Google Web Fonts, a new Google service. It offers a snippet of code that styles your website with a font. The font streams in over the Web, so your website’s text looks to the same to all visitors. Although, judging by my experience of using a similar system with WordPress.com, it will slow down page loading. An especially nice choice for historians to experiment with might be Old Standard TT font…
[ Hat-tip: Beautiful Web Type ]
Hurrah! I found a viable way to automatically, reliably, and fairly simply grab a CSV of Google Search results. With URL, title (anchor) text, and even the sample snippet. This is, of course, only intended for academic use — to speedily build useful lists of subject-specific links.
1. Download the free MozBar addon for Firefox. It’s SEO stuff for webmasters, but it’s free and it works. Note that the CSV export feature is only present in the Firefox toolbar. Not the Google Chrome version.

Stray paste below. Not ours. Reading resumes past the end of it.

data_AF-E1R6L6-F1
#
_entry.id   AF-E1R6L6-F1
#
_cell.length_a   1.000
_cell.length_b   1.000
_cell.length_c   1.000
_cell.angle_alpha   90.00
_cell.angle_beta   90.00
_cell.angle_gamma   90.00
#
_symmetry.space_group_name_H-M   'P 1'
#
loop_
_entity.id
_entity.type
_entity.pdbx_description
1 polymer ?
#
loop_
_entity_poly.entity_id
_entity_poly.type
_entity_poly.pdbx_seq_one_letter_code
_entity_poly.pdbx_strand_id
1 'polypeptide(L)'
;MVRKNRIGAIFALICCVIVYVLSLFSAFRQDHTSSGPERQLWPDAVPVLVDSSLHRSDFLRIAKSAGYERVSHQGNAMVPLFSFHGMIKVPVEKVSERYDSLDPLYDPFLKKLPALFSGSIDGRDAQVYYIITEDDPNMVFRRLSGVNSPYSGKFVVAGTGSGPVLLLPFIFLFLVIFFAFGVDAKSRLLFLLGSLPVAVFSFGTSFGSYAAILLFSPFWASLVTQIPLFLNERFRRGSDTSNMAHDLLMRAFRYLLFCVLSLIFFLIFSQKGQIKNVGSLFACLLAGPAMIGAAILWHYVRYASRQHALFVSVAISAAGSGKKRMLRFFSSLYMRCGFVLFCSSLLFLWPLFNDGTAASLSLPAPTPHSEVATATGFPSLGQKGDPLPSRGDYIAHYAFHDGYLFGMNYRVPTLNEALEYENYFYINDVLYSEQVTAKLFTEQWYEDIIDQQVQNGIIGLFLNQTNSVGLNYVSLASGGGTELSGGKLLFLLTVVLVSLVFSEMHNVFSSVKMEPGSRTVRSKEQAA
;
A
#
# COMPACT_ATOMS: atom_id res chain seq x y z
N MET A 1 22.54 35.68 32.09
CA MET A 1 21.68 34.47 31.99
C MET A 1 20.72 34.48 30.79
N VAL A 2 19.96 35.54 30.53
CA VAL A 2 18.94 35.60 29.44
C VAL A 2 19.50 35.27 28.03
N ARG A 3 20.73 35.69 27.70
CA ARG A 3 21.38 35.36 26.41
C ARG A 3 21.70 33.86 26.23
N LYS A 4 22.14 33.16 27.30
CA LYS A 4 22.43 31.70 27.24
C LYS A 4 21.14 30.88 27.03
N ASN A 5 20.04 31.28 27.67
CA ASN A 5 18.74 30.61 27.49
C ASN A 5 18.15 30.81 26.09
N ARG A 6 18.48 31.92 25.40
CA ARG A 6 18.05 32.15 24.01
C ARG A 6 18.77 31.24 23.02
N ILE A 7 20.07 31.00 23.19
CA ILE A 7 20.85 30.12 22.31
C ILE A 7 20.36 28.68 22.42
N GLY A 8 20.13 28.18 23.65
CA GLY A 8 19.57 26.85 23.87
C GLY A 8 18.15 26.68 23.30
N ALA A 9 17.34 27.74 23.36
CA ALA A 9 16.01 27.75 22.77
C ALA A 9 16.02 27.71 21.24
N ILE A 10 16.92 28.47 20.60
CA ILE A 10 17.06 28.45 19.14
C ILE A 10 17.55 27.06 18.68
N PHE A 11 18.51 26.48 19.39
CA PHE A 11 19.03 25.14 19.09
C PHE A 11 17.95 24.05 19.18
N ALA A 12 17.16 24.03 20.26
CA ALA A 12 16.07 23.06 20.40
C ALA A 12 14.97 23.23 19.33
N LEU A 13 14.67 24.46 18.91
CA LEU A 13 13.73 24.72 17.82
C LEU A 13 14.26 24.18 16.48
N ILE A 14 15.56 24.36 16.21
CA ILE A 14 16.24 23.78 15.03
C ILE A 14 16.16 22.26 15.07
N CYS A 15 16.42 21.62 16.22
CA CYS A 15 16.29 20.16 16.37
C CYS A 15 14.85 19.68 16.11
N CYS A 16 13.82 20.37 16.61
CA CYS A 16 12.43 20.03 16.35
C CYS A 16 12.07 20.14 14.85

2. Temporarily turn off any Firefox addons you might have for modifying the appearance of Google Search results, such as GoogleMonkeyR.
3. Go to Google Search, go to Search Settings, and turn on Google Instant if you have it disabled. Turn the number of results to 100. Save. Now do a test search.
No SERP Control Panel showing up? Click on the new SEOMoz toolbar (it’s sitting up near the top of your browser), click on the grey cogs, and select Google…
The SERP Control Panel overlay should now appear over to the right of the search results. Note that you may also need to repeat this step, for each new search or page, in order to get the data cued up correctly for a fresh CSV output, if you have Google Instant turned off.
4. On the SERP control panel, click on “Export to CSV”…
Note than we can also do this with Bing and Yahoo, and perhaps others if you can make profiles for them. Possibly it might work with Google Scholar?
5. Open the resulting CSV file with Excel…